Illustration by Ryan Alexander-Tanner

THE BEATIFIC LOOK on Mayor Charlie Hales' face was the tell.

Portland City Council was more than two hours into an often-strident hearing on the fate of homeless rest area Right 2 Dream Too (R2DToo) last Thursday, October 3. And Hales—a pointedly silent co-conspirator in Commissioner Amanda Fritz's plan to move the rest area into a little-trafficked rump of the Pearl District—had found a way to escape the firing squad of enraged neighbors and their powerful allies.

Homer Williams, godfather of the Pearl and an investor in a nearby hotel, had just finished speaking to the council. His words followed a parade of histrionic comments from fearful senior citizens—and some harsh hand-wringing from landowners and lawyers, including Williams' partner Dike Dame, over lost value.

In contrast, Williams' comments seemed eminently reasonable.

"Let's take 30 days," he said, "and really look at this... if we need to meet every day we will. We're willing to commit resources from our businesses."

Hales looked serene. He nodded. "Thank you," he earnestly replied—maybe remembering the thousands of dollars Dame and Williams had given his campaign last year.

And hours later, when it came time to vote, anyone paying attention knew what Hales would say: Williams' offer was too good to pass up. A vote would wait until next Wednesday, October 16.

Somehow, Hales managed to walk out looking like a peacemaking statesman who reined in the urges of a colleague, Fritz, who'd been determined to see things through no matter what.

Of course, there's more to the story than that. The mayor was trying to douse his own fire.

Hales, despite giving Fritz public credit for leading the relocation push, had been the first to raise the idea of moving R2DToo from NW 4th and Burnside. And if he and his chief of staff had their way, that move would have happened long before this month.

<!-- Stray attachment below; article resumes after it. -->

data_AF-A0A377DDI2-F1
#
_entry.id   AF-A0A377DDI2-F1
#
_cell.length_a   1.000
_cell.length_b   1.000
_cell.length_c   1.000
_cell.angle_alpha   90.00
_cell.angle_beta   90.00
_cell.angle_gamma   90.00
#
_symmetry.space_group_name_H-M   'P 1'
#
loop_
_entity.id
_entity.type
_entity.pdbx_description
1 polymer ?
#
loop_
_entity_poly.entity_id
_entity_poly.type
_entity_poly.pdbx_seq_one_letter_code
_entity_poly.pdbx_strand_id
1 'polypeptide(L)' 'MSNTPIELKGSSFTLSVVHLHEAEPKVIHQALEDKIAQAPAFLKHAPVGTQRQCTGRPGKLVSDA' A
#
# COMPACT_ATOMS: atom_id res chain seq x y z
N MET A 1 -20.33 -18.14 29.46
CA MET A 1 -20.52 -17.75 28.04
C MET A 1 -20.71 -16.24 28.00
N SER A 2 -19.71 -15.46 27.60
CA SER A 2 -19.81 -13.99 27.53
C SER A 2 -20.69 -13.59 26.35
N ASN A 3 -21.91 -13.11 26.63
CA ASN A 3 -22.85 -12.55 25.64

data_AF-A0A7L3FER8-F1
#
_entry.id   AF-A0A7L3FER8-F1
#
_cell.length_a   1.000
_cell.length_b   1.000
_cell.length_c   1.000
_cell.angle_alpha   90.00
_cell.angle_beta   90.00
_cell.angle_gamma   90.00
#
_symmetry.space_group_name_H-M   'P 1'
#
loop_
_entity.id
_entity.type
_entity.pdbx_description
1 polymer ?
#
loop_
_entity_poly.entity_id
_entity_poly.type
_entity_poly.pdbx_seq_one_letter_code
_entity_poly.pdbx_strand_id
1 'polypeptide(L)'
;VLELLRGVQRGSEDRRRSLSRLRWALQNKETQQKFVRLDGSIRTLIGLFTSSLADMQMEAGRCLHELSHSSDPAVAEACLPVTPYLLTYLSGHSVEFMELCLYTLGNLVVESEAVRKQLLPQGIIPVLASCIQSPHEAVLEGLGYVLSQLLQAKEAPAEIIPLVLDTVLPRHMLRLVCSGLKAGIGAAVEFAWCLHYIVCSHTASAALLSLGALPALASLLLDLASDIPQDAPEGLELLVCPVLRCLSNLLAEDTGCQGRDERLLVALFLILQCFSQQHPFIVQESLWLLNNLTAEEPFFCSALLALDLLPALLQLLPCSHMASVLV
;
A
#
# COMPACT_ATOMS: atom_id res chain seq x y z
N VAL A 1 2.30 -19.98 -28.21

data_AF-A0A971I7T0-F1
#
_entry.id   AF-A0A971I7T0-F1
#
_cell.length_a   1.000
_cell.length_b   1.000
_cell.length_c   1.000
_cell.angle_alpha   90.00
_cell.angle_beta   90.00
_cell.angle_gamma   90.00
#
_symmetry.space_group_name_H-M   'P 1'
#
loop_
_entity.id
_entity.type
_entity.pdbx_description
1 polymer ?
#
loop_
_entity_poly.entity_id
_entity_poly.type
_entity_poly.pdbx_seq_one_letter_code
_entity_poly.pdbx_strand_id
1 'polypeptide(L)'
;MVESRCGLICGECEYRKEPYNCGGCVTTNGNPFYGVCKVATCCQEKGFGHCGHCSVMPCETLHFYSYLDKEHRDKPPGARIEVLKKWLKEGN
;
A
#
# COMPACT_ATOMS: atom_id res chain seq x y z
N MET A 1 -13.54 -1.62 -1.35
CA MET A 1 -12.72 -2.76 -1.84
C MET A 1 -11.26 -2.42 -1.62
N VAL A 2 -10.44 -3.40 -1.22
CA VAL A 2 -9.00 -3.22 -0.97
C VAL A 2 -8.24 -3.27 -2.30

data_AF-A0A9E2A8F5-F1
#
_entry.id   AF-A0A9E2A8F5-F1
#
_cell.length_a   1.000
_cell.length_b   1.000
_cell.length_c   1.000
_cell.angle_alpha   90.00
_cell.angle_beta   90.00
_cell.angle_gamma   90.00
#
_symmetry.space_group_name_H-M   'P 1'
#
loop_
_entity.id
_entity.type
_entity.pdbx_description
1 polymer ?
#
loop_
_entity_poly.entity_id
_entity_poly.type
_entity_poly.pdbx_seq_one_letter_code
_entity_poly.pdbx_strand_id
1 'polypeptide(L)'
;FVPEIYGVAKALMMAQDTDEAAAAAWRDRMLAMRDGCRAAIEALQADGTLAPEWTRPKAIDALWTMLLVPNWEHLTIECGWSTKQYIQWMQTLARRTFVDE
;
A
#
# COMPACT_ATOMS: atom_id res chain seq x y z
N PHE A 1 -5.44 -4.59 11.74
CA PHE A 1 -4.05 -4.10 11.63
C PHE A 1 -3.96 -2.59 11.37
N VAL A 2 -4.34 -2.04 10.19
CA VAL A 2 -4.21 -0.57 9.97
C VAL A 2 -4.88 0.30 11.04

They wanted R2DToo out well before the Lee Family Association—a powerful group with deep ties to Portland's Chinatown—had its annual gathering in the city this summer.

It fell to Fritz, however, to find a new home and settle a lawsuit filed by R2DToo and its landlords in 2012. The spot she eventually found, beneath a Broadway Bridge ramp, was the fourth considered. And once everyone realized that spot, technically, was in the Pearl, it also fell to Fritz to take the barbs from outraged neighbors.

It also fell to others to reach out to Williams. Foes met with Commissioner Nick Fish after struggling to get time with Hales. That may be where the seed of Williams' conciliatory offer was planted.

Fritz held long meetings with R2DToo in the hours after the hearing. Emails obtained by the Mercury show Williams and Ibrahim Mubarak, R2DToo's leader, making plans to huddle.

Hales, however, was out of town until this week, the Oregonian reported.

But it's unclear whether a deal might emerge. Williams told me he's impressed with R2DToo but that solutions need to involve "roofs, real roofs." That may not fly with the rest area, whose members see tents as a cheap, no-bullshit way to help dozens of people otherwise unhelped each night.

Hales has called R2DToo "unique" and "special." Will he have their backs in talks with Williams? Or will he keep letting others take the lead?